South Africa – Karoo – Sutherland
Most South Africans knows Sutherland as the small town with the hottest weather in summer and coldest place in winter, and also the place where the star gazing telescopes are.
So as a tour guide I needed to check it out and with a couple of friends took the tar and dirt back roads to Sutherland from Cape Town. We wanted to stay on a guest farm called Blesfontein but at the time of the booking it was fully booked.
Luckily the owner Nicol said they got a there winter farm house available. The winter farm means that in winter the top of the escarpment is too cold for the sheep so they move down to the warmer part of the area. Summer time they have to move back as the temperatures can get up to 50 degrees there where higher up it is not to hot then.
BUT the there was some warning with the booking, beds are old, no electricity and the water is obtained by “ stook the Donkey” meaning make fire under a type of urn and this give you hot water. We missed one warning however, not to make too much fire as this can cause problems with the pipes as they get brittle in the summer months and if too much warm water gets into them can cause bursting pipes. This got fixed the 1st evening but had now water issues due the fact that the water storage tanks has run dry and the bore hole pump is run by a solar pump. So night time no sun meaning no water. Lesson learnt and the next evening we did everything perfect.
We had gas to cook on and a nice old coal stove and we brought loads of candles, gas lamps and used the oil lamps for light.
The road up to Ceres was tarred and we had great scenery through the different mountain passes. As we started navigation our way past ceres into the Karoo we got on the very good gravel roads and saw almost nothing. Open spaces here and there a farm house or sheep, Wind pumps (to get water from the earth into dams by wind power). This is really a different type of beauty.
Almost at the end of our traveling driving about 2 hours on the gravel we saw cars parked next to a round structure called the bossie skerm. Outside there were drums with wood where people could braai(BBQ) and inside sweets, home bakes, cold drinks some other beverages and art work for sale. By the looks of it was just another farm stall, but no one asking for money just a board saying what the items cost and where you must leave your money( in the cream can).
We really could not believe that South Africa had an Honesty farm stall. Was really great to have seen it and of course we had to buy things;-).
On a high note we reached the ‘De Hoop’ farm were the sheep are in their winter residence, 3 horses and 1 worker looking after the house and doing all the farm things.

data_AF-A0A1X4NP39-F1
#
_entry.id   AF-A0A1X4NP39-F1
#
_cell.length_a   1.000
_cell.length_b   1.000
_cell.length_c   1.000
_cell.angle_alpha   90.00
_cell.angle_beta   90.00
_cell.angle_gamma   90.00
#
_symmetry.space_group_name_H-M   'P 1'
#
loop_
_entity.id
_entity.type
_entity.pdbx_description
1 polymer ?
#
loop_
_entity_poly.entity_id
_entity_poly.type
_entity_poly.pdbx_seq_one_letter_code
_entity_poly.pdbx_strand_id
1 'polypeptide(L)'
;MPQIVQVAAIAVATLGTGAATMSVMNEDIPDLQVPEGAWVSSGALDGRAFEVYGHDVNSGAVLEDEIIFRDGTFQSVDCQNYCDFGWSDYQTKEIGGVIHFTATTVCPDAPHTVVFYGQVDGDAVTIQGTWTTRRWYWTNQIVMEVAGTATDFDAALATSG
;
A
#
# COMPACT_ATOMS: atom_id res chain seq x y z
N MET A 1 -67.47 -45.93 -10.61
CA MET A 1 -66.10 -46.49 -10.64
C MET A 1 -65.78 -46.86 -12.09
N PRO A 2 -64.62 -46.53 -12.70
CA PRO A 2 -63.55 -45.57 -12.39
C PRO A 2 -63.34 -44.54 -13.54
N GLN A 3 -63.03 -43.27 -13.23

As the neighbours is far off no electricity and no lights the stars in the sky was stunning. The part of the Karoo falls under the winter rainfall season but still the plant growth are small hardy plants and only in the river beds were thorn trees. Other parts of the Karoo have even less plants and are very very dry.
The Saturday we headed off to Sutherland ( town/village). Luckily we did run over a chicken as the whole town would have been under feathers;-0.
Really not a lot happening there accept a nice old stone church and some old architecture and houses.
15 km outside the town on one of the many hills you can find SART where one of the largest telescopes in the world is stationed.
Unfortunately the visit there was a waste of time and money as you pay to on a tour of the telescope and end up standing inside the telescope building in a glass cage and can see only bits and pieces of the structure and the guide talking but do not have the proper knowledge of what’s going on there. He was however very friendly and had some good jokes. We could see pictures that was taken from what the telescope can see and that’s it.
But Nicol from Blesfontein outside Sutherland had another surprise for us. He got his own 10/15 mm? telescope on hi guest farm and he was going to show us some interesting things in the sky.
The farm is about 30km before Sutherland and you have to travel a 25km dirt road to get there and then you have another couple of km to travel through the farm to the escarpment where we were met with an awesome view and sunset. The farm also got some blue and black wildebeest and as the sun was going down we spotted some rabbits running away from the car lights.
Nicol and his wife Marina met us with open arms a cup of warm coffee as at the escarpment it was freezing. 7pm the star gazing show started. Nicol had a green laser which showed exactly which star he was pointing at. He gave a lot of information and then we had the chance to view the stars, a planet and the moon. Saturnus was really interesting still very small from the view founder but you could see the planet with the rings around it WOW. We in SA got the Milky Way and I always thought the whitish shimmer was gasses No, it is millions of stars. On the moon we saw craters and holes. The viewing of the moon was a bit bright but well worth it. Learned and saw a lot of other things that I have not seen before.
All and all the trip was stunning and will do it again.